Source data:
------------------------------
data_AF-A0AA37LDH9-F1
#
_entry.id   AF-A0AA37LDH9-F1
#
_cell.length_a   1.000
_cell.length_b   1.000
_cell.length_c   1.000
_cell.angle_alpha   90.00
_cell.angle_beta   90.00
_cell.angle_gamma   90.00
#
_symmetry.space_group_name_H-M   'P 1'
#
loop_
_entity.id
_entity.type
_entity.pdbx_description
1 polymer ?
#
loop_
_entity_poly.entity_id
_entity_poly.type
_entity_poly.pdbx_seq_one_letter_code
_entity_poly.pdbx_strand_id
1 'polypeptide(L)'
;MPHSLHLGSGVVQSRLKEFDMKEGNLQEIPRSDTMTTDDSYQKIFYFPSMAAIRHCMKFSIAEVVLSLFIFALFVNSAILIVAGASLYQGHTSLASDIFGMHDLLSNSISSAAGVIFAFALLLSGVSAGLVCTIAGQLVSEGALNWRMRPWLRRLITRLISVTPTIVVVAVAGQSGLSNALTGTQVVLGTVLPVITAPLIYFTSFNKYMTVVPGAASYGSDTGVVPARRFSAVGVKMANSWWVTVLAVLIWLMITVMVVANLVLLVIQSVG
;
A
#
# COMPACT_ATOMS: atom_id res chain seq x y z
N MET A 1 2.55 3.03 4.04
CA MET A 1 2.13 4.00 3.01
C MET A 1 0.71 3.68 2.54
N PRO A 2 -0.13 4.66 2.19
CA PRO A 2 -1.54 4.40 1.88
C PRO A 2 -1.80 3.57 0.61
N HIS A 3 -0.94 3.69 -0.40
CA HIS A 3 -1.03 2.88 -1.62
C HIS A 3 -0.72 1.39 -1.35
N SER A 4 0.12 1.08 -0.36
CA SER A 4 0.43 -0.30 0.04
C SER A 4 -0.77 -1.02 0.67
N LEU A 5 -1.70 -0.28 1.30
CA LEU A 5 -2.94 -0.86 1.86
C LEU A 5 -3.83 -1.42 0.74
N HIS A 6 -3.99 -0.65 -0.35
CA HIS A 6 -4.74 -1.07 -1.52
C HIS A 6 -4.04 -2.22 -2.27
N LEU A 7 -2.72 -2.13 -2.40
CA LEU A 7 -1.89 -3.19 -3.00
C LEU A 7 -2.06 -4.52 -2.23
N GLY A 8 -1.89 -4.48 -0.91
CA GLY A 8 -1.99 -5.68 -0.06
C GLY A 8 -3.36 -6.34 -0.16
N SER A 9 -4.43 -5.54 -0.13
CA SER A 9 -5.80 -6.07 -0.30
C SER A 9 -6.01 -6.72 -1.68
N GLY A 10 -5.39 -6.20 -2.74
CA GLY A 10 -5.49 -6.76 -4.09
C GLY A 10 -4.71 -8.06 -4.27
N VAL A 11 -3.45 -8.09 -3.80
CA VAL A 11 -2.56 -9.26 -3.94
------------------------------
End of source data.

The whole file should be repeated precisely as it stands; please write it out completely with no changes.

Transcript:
data_AF-A0AA37LDH9-F1
#
_entry.id   AF-A0AA37LDH9-F1
#
_cell.length_a   1.000
_cell.length_b   1.000
_cell.length_c   1.000
_cell.angle_alpha   90.00
_cell.angle_beta   90.00
_cell.angle_gamma   90.00
#
_symmetry.space_group_name_H-M   'P 1'
#
loop_
_entity.id
_entity.type
_entity.pdbx_description
1 polymer ?
#
loop_
_entity_poly.entity_id
_entity_poly.type
_entity_poly.pdbx_seq_one_letter_code
_entity_poly.pdbx_strand_id
1 'polypeptide(L)'
;MPHSLHLGSGVVQSRLKEFDMKEGNLQEIPRSDTMTTDDSYQKIFYFPSMAAIRHCMKFSIAEVVLSLFIFALFVNSAILIVAGASLYQGHTSLASDIFGMHDLLSNSISSAAGVIFAFALLLSGVSAGLVCTIAGQLVSEGALNWRMRPWLRRLITRLISVTPTIVVVAVAGQSGLSNALTGTQVVLGTVLPVITAPLIYFTSFNKYMTVVPGAASYGSDTGVVPARRFSAVGVKMANSWWVTVLAVLIWLMITVMVVANLVLLVIQSVG
;
A
#
# COMPACT_ATOMS: atom_id res chain seq x y z
N MET A 1 2.55 3.03 4.04
CA MET A 1 2.13 4.00 3.01
C MET A 1 0.71 3.68 2.54
N PRO A 2 -0.13 4.66 2.19
CA PRO A 2 -1.54 4.40 1.88
C PRO A 2 -1.80 3.57 0.61
N HIS A 3 -0.94 3.69 -0.40
CA HIS A 3 -1.03 2.88 -1.62
C HIS A 3 -0.72 1.39 -1.35
N SER A 4 0.12 1.08 -0.36
CA SER A 4 0.43 -0.30 0.04
C SER A 4 -0.77 -1.02 0.67
N LEU A 5 -1.70 -0.28 1.30
CA LEU A 5 -2.94 -0.86 1.86
C LEU A 5 -3.83 -1.42 0.74
N HIS A 6 -3.99 -0.65 -0.35
CA HIS A 6 -4.74 -1.07 -1.52
C HIS A 6 -4.04 -2.22 -2.27
N LEU A 7 -2.72 -2.13 -2.40
CA LEU A 7 -1.89 -3.19 -3.00
C LEU A 7 -2.06 -4.52 -2.23
N GLY A 8 -1.89 -4.48 -0.91
CA GLY A 8 -1.99 -5.68 -0.06
C GLY A 8 -3.36 -6.34 -0.16
N SER A 9 -4.43 -5.54 -0.13
CA SER A 9 -5.80 -6.07 -0.30
C SER A 9 -6.01 -6.72 -1.68
N GLY A 10 -5.39 -6.20 -2.74
CA GLY A 10 -5.49 -6.76 -4.09
C GLY A 10 -4.71 -8.06 -4.27
N VAL A 11 -3.45 -8.09 -3.80
CA VAL A 11 -2.56 -9.26 -3.94